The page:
Abstract – Human plasma fibrinogen (HPF) network formation is the key factor to initiate blood clotting or coagulation, which can be life-saving but also a severe complication when induced by artificial implant surfaces. Therefore, to understand and control HPF adsorption and network formation is of high importance. To create well-defined, repeatable and technically relevant polymer crystal surfaces, yet with distinct topographies, we rely a well-established morphology of semi-crystalline isotactic poly(butane-1) (iPB-1): shish-kebab crystals and needle-like crystals, by spin-coating and melt-drawing techniques, respectively. The adsorption behavior of HPF in dependence of two surface topographies were investigated by atomic force microscopy (AFM) and quartz crystal microbalance with dissipation (QCM-D). This study shows that the polymer crystal surface topography has a distinct effect on the HPF adsorption and its network formation. Increased number of HPF ring-like networks formed on needle-like crystals (NCs) as compared to the shish-kebab crystals (SKs). The control over the network formation of protein layers on material surfaces is essential for controlling the cell attachment. This understanding may provide a framework for extending the patterning approach to other proteins and material systems.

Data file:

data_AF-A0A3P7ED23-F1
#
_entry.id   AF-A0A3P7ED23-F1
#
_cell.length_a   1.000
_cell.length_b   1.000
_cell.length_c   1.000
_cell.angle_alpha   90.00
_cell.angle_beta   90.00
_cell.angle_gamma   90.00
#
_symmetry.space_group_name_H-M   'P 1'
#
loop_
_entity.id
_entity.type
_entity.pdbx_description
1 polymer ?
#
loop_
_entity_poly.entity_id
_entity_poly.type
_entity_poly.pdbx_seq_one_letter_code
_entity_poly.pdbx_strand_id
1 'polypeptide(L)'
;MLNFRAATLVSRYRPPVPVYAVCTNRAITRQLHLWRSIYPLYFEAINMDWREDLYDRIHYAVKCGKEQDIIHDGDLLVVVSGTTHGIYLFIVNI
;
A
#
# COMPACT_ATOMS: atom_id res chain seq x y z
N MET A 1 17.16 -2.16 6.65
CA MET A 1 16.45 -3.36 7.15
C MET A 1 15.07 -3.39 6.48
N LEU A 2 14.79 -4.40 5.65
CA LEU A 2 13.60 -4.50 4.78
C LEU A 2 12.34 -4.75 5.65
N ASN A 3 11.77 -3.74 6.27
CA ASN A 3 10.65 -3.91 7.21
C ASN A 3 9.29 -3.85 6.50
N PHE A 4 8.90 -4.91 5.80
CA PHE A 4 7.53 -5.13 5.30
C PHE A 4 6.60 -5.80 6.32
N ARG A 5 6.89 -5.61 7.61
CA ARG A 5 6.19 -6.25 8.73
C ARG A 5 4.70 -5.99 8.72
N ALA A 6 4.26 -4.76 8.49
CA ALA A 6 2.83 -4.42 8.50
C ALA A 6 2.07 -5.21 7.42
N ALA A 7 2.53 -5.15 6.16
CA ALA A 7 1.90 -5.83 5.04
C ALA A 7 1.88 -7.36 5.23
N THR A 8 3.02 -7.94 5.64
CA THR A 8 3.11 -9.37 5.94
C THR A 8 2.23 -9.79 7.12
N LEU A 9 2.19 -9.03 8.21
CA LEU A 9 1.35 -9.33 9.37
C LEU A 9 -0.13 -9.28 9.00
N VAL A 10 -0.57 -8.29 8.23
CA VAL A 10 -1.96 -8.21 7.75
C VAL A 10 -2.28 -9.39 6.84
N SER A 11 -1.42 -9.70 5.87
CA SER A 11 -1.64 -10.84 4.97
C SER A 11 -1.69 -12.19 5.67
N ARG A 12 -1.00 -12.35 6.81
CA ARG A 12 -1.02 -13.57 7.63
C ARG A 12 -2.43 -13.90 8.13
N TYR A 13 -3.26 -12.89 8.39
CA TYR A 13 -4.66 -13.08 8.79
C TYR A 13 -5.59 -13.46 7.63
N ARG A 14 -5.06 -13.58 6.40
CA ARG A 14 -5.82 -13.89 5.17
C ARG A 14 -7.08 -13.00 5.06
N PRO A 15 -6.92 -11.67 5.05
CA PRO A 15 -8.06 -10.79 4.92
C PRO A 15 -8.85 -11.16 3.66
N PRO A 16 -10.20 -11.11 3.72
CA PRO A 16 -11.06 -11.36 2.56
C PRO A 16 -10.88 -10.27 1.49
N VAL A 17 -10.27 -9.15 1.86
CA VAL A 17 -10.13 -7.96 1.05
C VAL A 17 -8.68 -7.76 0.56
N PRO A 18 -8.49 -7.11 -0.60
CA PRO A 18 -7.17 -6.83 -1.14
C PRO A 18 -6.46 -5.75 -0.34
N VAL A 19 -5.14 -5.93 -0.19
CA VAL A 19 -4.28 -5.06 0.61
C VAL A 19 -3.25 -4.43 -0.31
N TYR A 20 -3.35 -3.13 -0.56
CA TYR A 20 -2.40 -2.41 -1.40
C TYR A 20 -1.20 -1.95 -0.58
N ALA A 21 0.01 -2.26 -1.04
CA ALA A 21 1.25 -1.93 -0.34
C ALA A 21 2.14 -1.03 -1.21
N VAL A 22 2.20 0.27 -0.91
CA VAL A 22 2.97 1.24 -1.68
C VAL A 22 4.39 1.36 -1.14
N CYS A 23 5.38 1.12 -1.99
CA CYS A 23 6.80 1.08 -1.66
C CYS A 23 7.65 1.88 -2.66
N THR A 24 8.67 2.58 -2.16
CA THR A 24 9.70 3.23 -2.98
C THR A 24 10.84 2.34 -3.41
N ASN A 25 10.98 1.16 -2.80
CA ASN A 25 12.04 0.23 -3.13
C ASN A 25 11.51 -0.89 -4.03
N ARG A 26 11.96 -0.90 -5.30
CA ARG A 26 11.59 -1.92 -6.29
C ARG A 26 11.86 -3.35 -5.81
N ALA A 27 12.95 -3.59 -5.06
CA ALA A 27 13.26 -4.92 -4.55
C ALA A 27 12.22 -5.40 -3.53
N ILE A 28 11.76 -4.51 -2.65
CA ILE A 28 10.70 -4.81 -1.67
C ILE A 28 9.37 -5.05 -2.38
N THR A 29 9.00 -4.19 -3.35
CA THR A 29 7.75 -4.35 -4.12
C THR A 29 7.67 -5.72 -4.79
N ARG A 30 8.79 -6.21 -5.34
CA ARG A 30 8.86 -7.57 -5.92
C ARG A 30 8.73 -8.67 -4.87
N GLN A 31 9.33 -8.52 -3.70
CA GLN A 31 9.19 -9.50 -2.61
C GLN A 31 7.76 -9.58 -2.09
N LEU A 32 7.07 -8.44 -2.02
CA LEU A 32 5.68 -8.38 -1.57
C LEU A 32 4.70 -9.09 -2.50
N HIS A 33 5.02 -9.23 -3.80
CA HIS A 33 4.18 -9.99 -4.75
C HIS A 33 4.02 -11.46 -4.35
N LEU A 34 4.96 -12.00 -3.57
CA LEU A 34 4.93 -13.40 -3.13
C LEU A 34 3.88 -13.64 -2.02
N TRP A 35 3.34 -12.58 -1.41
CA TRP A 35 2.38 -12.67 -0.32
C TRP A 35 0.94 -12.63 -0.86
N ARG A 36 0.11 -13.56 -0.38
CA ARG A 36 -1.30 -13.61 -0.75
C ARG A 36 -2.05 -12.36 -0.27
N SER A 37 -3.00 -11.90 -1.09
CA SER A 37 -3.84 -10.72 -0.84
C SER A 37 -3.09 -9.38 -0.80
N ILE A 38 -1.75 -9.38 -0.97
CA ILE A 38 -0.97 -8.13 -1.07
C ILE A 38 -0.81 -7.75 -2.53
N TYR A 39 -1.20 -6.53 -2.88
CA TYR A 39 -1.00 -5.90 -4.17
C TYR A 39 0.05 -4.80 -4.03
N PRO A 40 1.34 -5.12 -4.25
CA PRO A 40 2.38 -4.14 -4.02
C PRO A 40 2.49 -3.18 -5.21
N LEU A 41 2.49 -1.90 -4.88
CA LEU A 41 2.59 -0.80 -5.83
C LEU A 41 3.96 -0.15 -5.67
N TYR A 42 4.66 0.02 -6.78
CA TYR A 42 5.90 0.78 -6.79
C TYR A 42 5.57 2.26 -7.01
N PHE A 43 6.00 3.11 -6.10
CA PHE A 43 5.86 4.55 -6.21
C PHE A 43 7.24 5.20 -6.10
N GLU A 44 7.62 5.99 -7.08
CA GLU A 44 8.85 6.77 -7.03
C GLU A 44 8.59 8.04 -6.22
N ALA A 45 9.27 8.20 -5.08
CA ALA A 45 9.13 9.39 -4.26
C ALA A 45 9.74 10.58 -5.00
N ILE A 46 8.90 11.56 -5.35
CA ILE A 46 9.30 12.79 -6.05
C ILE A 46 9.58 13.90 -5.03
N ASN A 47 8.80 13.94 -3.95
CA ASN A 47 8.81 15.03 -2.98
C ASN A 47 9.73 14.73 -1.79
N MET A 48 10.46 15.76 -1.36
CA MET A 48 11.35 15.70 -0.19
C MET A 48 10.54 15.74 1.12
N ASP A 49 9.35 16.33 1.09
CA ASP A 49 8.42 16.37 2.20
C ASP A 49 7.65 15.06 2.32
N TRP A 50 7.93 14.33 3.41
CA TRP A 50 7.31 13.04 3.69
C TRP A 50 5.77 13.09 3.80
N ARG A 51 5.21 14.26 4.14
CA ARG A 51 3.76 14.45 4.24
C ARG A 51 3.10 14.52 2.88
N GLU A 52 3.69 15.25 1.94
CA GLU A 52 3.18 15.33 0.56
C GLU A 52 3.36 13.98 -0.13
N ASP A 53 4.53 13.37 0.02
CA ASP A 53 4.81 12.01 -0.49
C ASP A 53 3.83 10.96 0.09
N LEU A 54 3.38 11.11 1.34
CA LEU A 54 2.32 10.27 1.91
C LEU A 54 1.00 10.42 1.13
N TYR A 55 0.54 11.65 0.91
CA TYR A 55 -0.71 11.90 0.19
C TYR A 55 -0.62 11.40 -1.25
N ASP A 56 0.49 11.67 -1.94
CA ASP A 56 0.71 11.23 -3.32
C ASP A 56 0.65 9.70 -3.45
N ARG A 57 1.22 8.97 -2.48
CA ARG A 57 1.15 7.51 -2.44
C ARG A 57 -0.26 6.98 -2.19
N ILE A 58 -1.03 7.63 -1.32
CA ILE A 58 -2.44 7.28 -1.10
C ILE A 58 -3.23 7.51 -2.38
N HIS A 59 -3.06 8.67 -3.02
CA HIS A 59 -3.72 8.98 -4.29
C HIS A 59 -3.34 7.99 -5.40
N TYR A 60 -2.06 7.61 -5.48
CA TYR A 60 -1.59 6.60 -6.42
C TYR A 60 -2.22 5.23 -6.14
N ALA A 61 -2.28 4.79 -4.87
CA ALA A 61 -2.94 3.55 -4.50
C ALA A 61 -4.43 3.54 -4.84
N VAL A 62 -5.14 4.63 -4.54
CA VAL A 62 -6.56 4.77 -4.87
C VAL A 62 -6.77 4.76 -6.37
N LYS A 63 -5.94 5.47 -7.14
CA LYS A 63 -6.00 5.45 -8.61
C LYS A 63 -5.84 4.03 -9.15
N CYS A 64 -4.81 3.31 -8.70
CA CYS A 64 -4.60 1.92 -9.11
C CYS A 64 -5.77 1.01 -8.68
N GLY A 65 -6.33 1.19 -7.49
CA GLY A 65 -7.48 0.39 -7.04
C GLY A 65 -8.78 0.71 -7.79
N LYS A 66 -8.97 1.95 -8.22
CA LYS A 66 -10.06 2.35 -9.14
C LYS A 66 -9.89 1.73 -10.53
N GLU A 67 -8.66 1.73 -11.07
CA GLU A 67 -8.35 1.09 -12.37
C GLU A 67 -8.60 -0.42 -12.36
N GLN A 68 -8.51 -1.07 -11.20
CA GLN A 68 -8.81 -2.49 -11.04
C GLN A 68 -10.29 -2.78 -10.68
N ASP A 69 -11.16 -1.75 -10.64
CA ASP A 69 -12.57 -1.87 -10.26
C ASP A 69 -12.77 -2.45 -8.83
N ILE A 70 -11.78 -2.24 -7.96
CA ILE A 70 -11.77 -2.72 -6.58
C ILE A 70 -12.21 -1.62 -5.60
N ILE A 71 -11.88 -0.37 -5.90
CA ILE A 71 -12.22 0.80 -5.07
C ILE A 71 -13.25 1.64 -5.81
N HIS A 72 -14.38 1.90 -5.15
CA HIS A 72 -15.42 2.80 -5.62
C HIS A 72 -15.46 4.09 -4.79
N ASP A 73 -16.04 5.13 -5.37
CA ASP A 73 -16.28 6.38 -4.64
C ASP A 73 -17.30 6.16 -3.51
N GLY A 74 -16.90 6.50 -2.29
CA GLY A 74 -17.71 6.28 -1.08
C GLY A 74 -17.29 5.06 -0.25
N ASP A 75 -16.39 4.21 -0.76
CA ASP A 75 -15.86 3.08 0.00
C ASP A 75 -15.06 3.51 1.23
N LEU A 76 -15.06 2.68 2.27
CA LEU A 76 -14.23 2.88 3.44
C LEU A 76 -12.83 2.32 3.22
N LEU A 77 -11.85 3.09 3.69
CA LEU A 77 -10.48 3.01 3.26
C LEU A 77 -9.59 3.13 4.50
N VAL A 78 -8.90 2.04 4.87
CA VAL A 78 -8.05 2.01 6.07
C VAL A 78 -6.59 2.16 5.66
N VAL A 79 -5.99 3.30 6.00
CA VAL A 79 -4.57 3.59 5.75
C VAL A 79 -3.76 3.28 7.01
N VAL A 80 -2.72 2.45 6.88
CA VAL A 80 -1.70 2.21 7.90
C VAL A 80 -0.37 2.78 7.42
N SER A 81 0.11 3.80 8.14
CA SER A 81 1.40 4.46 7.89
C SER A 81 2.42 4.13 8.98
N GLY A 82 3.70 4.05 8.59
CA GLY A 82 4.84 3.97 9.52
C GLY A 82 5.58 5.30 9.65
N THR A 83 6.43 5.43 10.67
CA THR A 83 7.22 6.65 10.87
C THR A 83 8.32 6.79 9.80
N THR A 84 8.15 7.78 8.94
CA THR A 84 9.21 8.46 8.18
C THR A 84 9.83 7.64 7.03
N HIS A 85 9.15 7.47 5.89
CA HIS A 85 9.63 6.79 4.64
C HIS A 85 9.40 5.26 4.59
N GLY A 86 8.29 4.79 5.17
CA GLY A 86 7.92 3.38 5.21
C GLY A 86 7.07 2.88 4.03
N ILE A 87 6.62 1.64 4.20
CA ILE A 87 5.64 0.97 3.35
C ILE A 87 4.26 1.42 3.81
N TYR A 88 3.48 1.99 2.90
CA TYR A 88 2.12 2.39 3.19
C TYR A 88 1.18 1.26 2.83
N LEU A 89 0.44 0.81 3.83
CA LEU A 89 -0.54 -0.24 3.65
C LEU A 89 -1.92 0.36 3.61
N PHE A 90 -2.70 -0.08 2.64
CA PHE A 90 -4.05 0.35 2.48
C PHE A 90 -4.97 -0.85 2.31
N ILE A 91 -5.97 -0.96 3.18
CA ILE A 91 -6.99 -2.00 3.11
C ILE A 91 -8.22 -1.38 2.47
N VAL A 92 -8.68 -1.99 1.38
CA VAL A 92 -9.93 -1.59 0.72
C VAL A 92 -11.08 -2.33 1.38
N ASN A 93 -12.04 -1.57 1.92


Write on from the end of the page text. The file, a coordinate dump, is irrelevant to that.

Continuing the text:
Keywords – Human plasma fibrinogen, Nanostructure, Polymer crystals, Isotactic Polybutene-1, Melt-drawing